To be discharged from the program, a building owner must act affirmatively to correct violations, and repay all outstanding charges and liens for emergency repair work performed by HPD or enter into a repayment agreement with the NYC Department of Finance.

If you believe that the owner of your building is withholding essential services or not making repairs to force you to move out of your apartment, contact the HPD Anti-Harassment Unit (AHU) by calling 311.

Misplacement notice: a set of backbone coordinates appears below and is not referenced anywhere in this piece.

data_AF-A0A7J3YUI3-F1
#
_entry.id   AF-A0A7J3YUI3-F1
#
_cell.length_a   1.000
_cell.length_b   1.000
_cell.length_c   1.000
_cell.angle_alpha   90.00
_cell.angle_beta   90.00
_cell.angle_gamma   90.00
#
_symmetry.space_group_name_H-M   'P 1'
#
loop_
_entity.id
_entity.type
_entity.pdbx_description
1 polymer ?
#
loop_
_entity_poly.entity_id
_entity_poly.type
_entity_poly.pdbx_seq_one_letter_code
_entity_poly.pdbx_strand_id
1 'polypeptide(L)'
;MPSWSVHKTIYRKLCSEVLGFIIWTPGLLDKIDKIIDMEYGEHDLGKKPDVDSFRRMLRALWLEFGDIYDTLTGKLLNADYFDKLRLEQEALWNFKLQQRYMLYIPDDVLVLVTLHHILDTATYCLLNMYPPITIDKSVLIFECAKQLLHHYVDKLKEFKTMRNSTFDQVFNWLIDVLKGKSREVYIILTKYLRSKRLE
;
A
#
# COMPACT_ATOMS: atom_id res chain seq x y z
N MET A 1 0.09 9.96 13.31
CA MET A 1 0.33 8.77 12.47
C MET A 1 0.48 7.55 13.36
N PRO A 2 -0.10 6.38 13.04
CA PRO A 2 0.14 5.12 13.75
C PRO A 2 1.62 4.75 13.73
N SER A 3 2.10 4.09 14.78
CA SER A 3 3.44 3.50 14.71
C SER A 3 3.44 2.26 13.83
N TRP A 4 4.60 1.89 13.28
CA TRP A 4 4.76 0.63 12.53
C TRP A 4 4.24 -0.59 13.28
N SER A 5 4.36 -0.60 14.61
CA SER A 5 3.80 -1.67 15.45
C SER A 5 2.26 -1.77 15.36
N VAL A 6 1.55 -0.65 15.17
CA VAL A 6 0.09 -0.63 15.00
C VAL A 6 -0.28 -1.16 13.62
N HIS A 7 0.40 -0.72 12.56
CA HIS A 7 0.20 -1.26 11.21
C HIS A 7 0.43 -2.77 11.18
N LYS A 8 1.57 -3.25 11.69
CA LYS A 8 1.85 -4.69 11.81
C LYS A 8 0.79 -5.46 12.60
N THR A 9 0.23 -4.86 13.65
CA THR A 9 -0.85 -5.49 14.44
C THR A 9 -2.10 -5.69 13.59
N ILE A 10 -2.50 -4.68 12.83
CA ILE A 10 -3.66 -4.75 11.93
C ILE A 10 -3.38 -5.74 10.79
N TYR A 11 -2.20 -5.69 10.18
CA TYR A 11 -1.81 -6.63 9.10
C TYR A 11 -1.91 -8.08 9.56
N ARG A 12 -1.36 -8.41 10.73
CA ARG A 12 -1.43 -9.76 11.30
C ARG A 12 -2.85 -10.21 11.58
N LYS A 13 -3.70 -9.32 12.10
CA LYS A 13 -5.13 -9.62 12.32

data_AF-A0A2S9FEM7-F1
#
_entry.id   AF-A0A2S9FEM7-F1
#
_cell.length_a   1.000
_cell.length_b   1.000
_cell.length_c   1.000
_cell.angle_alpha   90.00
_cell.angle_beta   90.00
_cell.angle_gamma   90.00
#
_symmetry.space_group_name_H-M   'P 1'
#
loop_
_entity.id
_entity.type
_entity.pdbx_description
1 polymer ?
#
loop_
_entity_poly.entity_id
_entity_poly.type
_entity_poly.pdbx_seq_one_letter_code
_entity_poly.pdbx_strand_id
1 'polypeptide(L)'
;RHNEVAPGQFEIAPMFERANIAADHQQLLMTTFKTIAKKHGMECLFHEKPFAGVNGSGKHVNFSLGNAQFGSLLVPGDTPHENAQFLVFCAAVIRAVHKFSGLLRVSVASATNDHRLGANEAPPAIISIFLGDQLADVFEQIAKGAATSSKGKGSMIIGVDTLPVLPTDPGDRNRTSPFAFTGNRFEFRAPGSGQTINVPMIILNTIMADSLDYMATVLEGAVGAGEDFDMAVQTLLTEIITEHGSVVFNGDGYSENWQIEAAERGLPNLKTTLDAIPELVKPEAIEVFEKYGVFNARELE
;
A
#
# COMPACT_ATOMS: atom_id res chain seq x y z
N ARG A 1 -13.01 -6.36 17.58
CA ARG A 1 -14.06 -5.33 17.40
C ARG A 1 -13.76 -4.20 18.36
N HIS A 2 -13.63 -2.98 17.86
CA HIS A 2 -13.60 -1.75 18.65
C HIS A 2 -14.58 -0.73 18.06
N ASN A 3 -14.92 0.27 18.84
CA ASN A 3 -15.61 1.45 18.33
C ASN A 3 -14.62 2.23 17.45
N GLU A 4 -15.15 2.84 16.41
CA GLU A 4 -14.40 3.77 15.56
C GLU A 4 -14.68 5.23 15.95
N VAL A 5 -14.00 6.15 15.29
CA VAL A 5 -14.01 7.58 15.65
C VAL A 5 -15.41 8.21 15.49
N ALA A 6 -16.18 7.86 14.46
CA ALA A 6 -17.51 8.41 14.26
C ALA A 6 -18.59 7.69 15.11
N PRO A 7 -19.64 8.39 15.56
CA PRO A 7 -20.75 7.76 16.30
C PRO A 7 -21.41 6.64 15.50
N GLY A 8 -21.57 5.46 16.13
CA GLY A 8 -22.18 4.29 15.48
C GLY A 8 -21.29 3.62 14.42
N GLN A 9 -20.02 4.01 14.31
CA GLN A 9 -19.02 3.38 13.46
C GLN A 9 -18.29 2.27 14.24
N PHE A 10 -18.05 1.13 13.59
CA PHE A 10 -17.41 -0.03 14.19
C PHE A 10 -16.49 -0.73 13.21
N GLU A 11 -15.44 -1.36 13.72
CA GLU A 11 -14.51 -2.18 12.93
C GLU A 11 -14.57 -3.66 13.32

The New York City Department of Housing Preservation and Development (HPD) is the nation’s largest municipal housing preservation and development agency. Its mission is to promote quality housing and diverse, thriving neighborhoods for New Yorkers through loan and development programs for new affordable housing, preservation of the affordability of the existing housing stock, enforcement of housing quality standards, and educational programs for tenants and building owners. HPD is tasked with fulfilling Mayor de Blasio’s Housing New York Plan which was recently expanded and accelerated through Housing New York 2.0 to complete the initial goal of 200,000 homes two years ahead of schedule—by 2022, and achieve an additional 100,000 homes over the following four years, for a total of 300,000 homes by 2026.  For full details visit www.nyc.gov/hpd and for regular updates on HPD news and services, connect with us on Facebook, Twitter, and Instagram @NYCHousing.